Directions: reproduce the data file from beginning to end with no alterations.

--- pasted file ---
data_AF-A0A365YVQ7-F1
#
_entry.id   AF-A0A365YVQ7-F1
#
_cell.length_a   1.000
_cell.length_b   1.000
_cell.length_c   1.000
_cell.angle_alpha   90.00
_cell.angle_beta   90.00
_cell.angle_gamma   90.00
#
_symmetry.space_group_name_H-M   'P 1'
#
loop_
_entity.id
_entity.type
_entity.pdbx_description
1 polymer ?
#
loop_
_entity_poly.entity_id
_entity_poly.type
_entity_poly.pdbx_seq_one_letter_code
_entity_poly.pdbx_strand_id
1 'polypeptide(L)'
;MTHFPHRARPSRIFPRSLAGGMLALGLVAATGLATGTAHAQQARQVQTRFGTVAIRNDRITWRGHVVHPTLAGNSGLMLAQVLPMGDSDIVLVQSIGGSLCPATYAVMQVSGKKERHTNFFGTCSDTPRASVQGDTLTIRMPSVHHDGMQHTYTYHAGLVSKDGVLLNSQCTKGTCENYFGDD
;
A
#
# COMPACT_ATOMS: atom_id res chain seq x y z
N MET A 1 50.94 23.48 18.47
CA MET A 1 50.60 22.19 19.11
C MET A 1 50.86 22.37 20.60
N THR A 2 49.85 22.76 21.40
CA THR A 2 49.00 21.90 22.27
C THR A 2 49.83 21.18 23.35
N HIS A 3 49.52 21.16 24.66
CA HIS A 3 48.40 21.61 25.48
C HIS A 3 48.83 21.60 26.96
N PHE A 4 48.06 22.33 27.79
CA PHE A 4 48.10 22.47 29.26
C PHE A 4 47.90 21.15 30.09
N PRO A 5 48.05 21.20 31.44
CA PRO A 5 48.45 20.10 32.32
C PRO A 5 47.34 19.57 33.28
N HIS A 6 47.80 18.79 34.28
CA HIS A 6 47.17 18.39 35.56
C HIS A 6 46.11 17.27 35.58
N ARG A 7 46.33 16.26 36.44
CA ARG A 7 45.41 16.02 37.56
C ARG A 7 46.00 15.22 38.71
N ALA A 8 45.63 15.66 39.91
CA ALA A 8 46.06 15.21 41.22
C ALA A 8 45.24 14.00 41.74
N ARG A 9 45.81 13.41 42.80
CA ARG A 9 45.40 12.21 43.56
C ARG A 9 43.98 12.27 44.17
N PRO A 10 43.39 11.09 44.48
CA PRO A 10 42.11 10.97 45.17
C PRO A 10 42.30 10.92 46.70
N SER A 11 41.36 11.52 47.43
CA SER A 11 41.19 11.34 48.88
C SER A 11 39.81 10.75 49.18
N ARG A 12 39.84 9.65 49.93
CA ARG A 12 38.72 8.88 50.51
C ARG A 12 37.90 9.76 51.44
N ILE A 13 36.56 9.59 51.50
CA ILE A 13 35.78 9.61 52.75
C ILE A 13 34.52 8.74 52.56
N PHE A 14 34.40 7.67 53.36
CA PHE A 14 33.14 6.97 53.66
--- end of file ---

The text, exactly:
data_AF-A0A365YVQ7-F1
#
_entry.id   AF-A0A365YVQ7-F1
#
_cell.length_a   1.000
_cell.length_b   1.000
_cell.length_c   1.000
_cell.angle_alpha   90.00
_cell.angle_beta   90.00
_cell.angle_gamma   90.00
#
_symmetry.space_group_name_H-M   'P 1'
#
loop_
_entity.id
_entity.type
_entity.pdbx_description
1 polymer ?
#
loop_
_entity_poly.entity_id
_entity_poly.type
_entity_poly.pdbx_seq_one_letter_code
_entity_poly.pdbx_strand_id
1 'polypeptide(L)'
;MTHFPHRARPSRIFPRSLAGGMLALGLVAATGLATGTAHAQQARQVQTRFGTVAIRNDRITWRGHVVHPTLAGNSGLMLAQVLPMGDSDIVLVQSIGGSLCPATYAVMQVSGKKERHTNFFGTCSDTPRASVQGDTLTIRMPSVHHDGMQHTYTYHAGLVSKDGVLLNSQCTKGTCENYFGDD
;
A
#
# COMPACT_ATOMS: atom_id res chain seq x y z
N MET A 1 50.94 23.48 18.47
CA MET A 1 50.60 22.19 19.11
C MET A 1 50.86 22.37 20.60
N THR A 2 49.85 22.76 21.40
CA THR A 2 49.00 21.90 22.27
C THR A 2 49.83 21.18 23.35
N HIS A 3 49.52 21.16 24.66
CA HIS A 3 48.40 21.61 25.48
C HIS A 3 48.83 21.60 26.96
N PHE A 4 48.06 22.33 27.79
CA PHE A 4 48.10 22.47 29.26
C PHE A 4 47.90 21.15 30.09
N PRO A 5 48.05 21.20 31.44
CA PRO A 5 48.45 20.10 32.32
C PRO A 5 47.34 19.57 33.28
N HIS A 6 47.80 18.79 34.28
CA HIS A 6 47.17 18.39 35.56
C HIS A 6 46.11 17.27 35.58
N ARG A 7 46.33 16.26 36.44
CA ARG A 7 45.41 16.02 37.56
C ARG A 7 46.00 15.22 38.71
N ALA A 8 45.63 15.66 39.91
CA ALA A 8 46.06 15.21 41.22
C ALA A 8 45.24 14.00 41.74
N ARG A 9 45.81 13.41 42.80
CA ARG A 9 45.40 12.21 43.56
C ARG A 9 43.98 12.27 44.17
N PRO A 10 43.39 11.09 44.48
CA PRO A 10 42.11 10.97 45.17
C PRO A 10 42.30 10.92 46.70
N SER A 11 41.36 11.52 47.43
CA SER A 11 41.19 11.34 48.88
C SER A 11 39.81 10.75 49.18
N ARG A 12 39.84 9.65 49.93
CA ARG A 12 38.72 8.88 50.51
C ARG A 12 37.90 9.76 51.44
N ILE A 13 36.56 9.59 51.50
CA ILE A 13 35.78 9.61 52.75
C ILE A 13 34.52 8.74 52.56
N PHE A 14 34.40 7.67 53.36
CA PHE A 14 33.14 6.97 53.66